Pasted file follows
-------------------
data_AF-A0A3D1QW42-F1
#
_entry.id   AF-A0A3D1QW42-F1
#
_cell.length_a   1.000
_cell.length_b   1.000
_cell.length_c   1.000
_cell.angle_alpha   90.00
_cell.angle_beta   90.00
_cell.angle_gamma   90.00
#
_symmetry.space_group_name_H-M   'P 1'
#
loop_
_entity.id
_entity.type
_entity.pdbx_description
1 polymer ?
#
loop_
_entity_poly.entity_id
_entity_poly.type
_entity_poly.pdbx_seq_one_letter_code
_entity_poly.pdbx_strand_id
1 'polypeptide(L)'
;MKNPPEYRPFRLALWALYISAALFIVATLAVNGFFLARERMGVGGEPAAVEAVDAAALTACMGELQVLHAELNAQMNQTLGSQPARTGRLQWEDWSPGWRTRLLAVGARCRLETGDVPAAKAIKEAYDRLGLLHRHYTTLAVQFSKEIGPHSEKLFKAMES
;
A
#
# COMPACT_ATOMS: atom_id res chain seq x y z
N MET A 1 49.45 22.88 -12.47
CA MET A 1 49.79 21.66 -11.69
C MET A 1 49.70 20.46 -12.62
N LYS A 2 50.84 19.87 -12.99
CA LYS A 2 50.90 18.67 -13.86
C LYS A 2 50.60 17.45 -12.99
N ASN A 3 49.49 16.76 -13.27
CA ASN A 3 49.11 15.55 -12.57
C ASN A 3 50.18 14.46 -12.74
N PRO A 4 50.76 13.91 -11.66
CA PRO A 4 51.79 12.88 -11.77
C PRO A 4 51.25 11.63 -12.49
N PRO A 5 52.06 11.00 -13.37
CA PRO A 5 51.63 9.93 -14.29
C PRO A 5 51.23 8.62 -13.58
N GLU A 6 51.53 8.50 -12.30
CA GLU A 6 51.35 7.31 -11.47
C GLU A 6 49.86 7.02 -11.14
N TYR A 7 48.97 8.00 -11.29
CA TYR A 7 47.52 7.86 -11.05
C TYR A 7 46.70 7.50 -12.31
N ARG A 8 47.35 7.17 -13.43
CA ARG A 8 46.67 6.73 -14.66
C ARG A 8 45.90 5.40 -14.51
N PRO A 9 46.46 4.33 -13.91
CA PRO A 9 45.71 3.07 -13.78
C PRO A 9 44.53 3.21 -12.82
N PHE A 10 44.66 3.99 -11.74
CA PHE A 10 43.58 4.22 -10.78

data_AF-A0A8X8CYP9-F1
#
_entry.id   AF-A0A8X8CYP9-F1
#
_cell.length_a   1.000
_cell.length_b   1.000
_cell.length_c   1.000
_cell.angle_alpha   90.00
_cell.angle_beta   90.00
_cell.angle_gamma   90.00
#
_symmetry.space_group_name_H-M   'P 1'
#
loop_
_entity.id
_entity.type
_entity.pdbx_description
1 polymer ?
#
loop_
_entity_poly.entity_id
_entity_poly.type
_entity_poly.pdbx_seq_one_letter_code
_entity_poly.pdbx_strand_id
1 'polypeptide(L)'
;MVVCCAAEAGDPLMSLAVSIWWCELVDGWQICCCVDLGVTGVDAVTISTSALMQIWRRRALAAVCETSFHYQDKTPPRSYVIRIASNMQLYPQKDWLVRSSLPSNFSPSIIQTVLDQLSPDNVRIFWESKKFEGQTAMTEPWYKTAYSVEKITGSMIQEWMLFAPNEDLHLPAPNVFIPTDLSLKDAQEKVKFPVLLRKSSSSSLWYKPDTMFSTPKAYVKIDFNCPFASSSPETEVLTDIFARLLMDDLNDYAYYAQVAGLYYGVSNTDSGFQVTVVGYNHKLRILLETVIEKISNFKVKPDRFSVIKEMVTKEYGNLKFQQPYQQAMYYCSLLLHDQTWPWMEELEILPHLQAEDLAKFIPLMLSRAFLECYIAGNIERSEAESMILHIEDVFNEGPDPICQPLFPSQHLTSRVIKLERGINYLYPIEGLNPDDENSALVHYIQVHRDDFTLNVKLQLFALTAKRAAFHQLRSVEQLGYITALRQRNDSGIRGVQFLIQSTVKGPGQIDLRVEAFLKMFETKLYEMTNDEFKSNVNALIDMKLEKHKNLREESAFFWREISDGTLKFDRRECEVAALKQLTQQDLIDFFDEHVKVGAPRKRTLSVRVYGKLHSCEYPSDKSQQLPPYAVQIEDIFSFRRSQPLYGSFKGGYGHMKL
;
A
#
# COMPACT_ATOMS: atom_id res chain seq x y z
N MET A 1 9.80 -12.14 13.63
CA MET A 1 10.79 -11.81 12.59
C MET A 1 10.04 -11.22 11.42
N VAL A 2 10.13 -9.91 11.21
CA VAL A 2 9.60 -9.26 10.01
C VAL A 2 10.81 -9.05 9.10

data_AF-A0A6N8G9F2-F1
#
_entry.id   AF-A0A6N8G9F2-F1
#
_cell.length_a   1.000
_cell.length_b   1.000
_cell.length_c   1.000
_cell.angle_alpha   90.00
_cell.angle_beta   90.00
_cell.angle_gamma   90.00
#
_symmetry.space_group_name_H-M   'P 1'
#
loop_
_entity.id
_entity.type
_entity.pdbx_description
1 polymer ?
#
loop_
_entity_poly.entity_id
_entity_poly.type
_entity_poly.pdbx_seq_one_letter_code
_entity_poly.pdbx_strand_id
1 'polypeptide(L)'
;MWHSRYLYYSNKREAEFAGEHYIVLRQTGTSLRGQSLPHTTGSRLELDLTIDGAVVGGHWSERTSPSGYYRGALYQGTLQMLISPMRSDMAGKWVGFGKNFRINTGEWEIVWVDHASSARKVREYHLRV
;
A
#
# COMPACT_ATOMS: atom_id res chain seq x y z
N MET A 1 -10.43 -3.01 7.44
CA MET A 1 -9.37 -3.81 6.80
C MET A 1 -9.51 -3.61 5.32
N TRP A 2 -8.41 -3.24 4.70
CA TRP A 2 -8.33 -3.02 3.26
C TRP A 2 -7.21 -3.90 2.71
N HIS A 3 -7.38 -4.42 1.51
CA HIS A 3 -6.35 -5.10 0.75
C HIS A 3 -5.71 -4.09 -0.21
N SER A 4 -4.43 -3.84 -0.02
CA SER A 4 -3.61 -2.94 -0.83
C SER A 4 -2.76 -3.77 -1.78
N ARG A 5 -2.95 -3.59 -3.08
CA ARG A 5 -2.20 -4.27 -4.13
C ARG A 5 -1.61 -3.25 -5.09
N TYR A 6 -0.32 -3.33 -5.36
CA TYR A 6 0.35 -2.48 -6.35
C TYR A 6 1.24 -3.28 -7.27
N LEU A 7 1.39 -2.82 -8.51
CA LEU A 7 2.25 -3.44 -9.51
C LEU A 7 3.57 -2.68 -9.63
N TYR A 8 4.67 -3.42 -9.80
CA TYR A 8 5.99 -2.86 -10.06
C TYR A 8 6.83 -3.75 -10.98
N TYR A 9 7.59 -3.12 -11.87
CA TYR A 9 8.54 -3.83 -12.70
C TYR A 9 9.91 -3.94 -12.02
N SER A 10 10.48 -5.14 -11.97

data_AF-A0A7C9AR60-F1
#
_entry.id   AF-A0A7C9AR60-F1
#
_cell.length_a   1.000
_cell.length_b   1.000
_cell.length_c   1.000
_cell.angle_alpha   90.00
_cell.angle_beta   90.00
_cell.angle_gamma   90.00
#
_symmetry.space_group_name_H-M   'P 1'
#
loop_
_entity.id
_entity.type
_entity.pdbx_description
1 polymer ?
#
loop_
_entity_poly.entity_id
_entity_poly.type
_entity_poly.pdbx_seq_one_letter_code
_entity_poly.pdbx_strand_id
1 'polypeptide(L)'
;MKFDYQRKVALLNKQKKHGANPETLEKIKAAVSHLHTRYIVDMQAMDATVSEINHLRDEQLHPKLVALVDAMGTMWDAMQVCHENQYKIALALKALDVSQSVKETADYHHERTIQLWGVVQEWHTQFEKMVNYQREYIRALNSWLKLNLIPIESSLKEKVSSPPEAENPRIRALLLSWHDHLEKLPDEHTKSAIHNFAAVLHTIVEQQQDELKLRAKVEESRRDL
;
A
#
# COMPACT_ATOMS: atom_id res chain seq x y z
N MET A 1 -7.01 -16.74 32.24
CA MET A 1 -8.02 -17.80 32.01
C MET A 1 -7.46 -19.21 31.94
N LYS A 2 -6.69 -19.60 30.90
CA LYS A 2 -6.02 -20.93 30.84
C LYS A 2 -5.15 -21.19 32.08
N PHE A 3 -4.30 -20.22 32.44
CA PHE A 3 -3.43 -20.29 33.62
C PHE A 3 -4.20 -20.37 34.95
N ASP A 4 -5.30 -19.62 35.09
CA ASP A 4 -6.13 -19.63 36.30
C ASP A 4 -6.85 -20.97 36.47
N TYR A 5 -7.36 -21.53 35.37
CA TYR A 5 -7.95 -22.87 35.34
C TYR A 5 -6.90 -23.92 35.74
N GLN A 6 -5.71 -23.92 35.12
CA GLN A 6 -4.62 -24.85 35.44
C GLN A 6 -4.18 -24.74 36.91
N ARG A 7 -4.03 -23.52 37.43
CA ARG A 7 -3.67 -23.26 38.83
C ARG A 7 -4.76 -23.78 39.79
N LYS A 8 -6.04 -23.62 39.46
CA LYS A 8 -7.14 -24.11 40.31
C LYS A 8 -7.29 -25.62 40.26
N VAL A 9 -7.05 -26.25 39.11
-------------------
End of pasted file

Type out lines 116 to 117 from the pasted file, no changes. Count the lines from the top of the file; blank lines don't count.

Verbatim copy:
_entity_poly.entity_id
_entity_poly.type